Adventurer and polar explorer Arthur Treadwell Walden of Wonalancet, New Hampshire, developed the Chinook. The 24-year-old New Englander traveled to Alaska during the height of the Gold Rush in 1896 due to his wanderlust. Walden traversed the Klondike for six years as a prospector, stevedore, logger, riverboat captain, and—most significantly—a sled-dog driver.
By the time Walden arrived home, he had become a dedicated musher who was determined to create his own line of sled dog breeds. Walden employed a mastiff-like dog and offspring of one of Admiral Robert Peary’s Greenland huskies as his foundation stock. The puppies he produced were admired for their all-around sledding prowess as well as their amiable, loving personalities. Chinook, the sled team’s lead dog, inspired Walden to give the breed that name. This dog was the ancestor of the breed, and all Chinooks can be traced back to him (the word “Chinook” is Native American for “warm wind”).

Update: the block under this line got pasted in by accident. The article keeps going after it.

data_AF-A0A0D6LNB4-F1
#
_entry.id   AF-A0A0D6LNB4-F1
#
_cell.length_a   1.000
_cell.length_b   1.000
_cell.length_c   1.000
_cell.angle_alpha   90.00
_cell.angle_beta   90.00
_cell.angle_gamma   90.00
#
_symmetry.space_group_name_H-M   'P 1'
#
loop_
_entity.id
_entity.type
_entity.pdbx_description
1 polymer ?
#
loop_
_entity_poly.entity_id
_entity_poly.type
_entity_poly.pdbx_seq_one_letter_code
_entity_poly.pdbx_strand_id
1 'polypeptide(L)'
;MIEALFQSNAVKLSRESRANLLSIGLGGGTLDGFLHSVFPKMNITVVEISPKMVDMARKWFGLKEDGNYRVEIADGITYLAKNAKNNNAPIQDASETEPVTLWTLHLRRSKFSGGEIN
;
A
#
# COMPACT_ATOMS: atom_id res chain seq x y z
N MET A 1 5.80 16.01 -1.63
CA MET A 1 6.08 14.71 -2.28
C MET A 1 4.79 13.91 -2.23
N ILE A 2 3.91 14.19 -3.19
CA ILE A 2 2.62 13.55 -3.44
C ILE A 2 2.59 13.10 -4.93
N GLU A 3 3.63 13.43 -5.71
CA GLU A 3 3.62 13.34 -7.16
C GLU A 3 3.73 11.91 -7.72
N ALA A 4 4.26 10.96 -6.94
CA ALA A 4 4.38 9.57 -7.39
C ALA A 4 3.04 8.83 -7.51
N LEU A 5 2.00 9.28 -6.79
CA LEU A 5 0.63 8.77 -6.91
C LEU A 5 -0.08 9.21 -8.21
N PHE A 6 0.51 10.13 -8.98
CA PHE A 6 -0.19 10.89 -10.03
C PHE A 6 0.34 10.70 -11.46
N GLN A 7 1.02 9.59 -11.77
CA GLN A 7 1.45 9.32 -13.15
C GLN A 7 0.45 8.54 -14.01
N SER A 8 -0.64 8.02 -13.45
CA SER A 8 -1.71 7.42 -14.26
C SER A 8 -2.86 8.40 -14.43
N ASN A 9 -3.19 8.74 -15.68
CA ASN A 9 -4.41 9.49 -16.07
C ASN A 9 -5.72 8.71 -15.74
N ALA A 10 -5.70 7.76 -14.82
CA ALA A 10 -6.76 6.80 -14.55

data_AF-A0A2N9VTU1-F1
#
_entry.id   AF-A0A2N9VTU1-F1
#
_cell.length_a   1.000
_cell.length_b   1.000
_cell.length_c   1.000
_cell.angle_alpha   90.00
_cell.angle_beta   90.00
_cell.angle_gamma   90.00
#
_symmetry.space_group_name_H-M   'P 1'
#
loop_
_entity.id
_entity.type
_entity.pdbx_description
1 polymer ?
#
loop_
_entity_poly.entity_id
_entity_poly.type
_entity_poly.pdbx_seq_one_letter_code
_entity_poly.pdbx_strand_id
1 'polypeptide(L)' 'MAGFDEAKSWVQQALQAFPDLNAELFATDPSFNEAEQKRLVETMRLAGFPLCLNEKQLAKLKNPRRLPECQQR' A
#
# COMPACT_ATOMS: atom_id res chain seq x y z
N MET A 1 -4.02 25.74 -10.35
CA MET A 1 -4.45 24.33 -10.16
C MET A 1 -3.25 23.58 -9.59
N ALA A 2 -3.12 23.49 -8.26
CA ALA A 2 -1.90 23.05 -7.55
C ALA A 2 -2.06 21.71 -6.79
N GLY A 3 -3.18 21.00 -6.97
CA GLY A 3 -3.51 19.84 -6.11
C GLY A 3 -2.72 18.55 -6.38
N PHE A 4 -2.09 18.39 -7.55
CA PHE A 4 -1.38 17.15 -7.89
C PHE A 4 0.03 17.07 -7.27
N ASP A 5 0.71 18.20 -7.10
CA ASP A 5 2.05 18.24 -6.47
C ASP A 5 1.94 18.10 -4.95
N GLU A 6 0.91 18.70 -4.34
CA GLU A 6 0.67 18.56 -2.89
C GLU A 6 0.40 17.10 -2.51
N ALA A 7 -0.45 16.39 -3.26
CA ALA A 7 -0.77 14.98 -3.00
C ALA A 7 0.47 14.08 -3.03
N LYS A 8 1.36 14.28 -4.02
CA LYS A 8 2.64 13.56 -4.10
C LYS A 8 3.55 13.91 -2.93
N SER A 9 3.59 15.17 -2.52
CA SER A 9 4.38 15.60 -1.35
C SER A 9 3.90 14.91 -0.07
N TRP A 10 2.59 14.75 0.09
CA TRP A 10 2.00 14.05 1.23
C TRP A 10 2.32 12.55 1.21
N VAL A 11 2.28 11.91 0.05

Walden and his new breed gained notoriety in the sledding community as a result of his breeding program’s outstanding success. Len Seppala and his Siberian Huskies, who gained fame for their 1925 “Serum Run” to Nome, Alaska, quickly overshadowed them, though.
The renowned 1928 Antarctic expedition led by Admiral Richard Byrd included Walden and his Chinook squad. The tenacity of the 58-year-old Walden and his 11-year-old lead dog, Chinook, left Byrd in awe. In two trips covering a distance of 16 miles each, Walden’s single team of thirteen dogs transported 3,500 pounds of goods, the author stated. The core of our conveyance was Walden’s group.
While attempting to save his wife from the fire that ravaged their Wonalancet farmhouse, Walden perished in 1947. The breed he developed had a sharp decline in population over the years, almost going extinct. With only 125 known specimens, the Chinook was recognized as the rarest dog breed by Guinness World Records in 1965. Prior to devoted Chinook aficionados from all over the world quietly bringing the breed back from the brink, that number fell much lower.